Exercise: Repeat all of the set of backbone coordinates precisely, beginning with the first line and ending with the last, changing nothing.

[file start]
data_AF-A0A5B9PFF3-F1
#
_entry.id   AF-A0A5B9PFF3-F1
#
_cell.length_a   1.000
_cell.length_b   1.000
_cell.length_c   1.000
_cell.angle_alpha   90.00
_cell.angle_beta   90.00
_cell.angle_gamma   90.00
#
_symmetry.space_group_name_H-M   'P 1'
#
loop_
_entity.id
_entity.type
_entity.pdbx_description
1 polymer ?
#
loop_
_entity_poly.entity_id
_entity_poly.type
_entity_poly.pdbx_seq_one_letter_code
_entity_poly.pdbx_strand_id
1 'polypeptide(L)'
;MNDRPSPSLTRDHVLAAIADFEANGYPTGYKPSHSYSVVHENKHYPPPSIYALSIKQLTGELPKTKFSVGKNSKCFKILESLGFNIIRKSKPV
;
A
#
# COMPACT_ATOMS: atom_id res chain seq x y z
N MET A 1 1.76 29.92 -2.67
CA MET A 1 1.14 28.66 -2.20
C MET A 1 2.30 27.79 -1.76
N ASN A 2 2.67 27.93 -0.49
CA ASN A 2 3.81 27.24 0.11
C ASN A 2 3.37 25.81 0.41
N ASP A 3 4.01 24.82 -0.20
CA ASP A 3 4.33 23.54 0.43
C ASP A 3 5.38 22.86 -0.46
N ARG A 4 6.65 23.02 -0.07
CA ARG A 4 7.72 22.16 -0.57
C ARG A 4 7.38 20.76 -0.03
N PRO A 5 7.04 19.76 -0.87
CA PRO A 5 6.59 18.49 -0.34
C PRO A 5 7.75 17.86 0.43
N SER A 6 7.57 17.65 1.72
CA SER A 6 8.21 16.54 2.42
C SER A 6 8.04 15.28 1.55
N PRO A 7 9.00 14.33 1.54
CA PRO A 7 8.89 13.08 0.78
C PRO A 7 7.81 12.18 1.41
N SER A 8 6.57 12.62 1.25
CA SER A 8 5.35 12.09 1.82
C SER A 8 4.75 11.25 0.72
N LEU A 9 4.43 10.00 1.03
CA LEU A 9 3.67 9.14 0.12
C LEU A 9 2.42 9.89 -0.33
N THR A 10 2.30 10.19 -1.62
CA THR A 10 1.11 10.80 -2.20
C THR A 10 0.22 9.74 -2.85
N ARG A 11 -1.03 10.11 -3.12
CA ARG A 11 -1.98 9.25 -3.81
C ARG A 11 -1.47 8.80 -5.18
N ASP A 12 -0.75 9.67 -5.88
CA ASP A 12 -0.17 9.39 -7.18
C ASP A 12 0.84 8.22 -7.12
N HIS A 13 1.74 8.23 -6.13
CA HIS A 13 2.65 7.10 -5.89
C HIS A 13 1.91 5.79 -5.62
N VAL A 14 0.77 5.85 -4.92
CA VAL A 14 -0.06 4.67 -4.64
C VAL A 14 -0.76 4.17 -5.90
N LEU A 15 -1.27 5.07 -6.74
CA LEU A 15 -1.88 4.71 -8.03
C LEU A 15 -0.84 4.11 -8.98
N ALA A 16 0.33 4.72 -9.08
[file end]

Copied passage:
data_AF-A0A5B9PFF3-F1
#
_entry.id   AF-A0A5B9PFF3-F1
#
_cell.length_a   1.000
_cell.length_b   1.000
_cell.length_c   1.000
_cell.angle_alpha   90.00
_cell.angle_beta   90.00
_cell.angle_gamma   90.00
#
_symmetry.space_group_name_H-M   'P 1'
#
loop_
_entity.id
_entity.type
_entity.pdbx_description
1 polymer ?
#
loop_
_entity_poly.entity_id
_entity_poly.type
_entity_poly.pdbx_seq_one_letter_code
_entity_poly.pdbx_strand_id
1 'polypeptide(L)'
;MNDRPSPSLTRDHVLAAIADFEANGYPTGYKPSHSYSVVHENKHYPPPSIYALSIKQLTGELPKTKFSVGKNSKCFKILESLGFNIIRKSKPV
;
A
#
# COMPACT_ATOMS: atom_id res chain seq x y z
N MET A 1 1.76 29.92 -2.67
CA MET A 1 1.14 28.66 -2.20
C MET A 1 2.30 27.79 -1.76
N ASN A 2 2.67 27.93 -0.49
CA ASN A 2 3.81 27.24 0.11
C ASN A 2 3.37 25.81 0.41
N ASP A 3 4.01 24.82 -0.20
CA ASP A 3 4.33 23.54 0.43
C ASP A 3 5.38 22.86 -0.46
N ARG A 4 6.65 23.02 -0.07
CA ARG A 4 7.72 22.16 -0.57
C ARG A 4 7.38 20.76 -0.03
N PRO A 5 7.04 19.76 -0.87
CA PRO A 5 6.59 18.49 -0.34
C PRO A 5 7.75 17.86 0.43
N SER A 6 7.57 17.65 1.72
CA SER A 6 8.21 16.54 2.42
C SER A 6 8.04 15.28 1.55
N PRO A 7 9.00 14.33 1.54
CA PRO A 7 8.89 13.08 0.78
C PRO A 7 7.81 12.18 1.41
N SER A 8 6.57 12.62 1.25
CA SER A 8 5.35 12.09 1.82
C SER A 8 4.75 11.25 0.72
N LEU A 9 4.43 10.00 1.03
CA LEU A 9 3.67 9.14 0.12
C LEU A 9 2.42 9.89 -0.33
N THR A 10 2.30 10.19 -1.62
CA THR A 10 1.11 10.80 -2.20
C THR A 10 0.22 9.74 -2.85
N ARG A 11 -1.03 10.11 -3.12
CA ARG A 11 -1.98 9.25 -3.81
C ARG A 11 -1.47 8.80 -5.18
N ASP A 12 -0.75 9.67 -5.88
CA ASP A 12 -0.17 9.39 -7.18
C ASP A 12 0.84 8.22 -7.12
N HIS A 13 1.74 8.23 -6.13
CA HIS A 13 2.65 7.10 -5.89
C HIS A 13 1.91 5.79 -5.62
N VAL A 14 0.77 5.85 -4.92
CA VAL A 14 -0.06 4.67 -4.64
C VAL A 14 -0.76 4.17 -5.90
N LEU A 15 -1.27 5.07 -6.74
CA LEU A 15 -1.88 4.71 -8.03
C LEU A 15 -0.84 4.11 -8.98
N ALA A 16 0.33 4.72 -9.08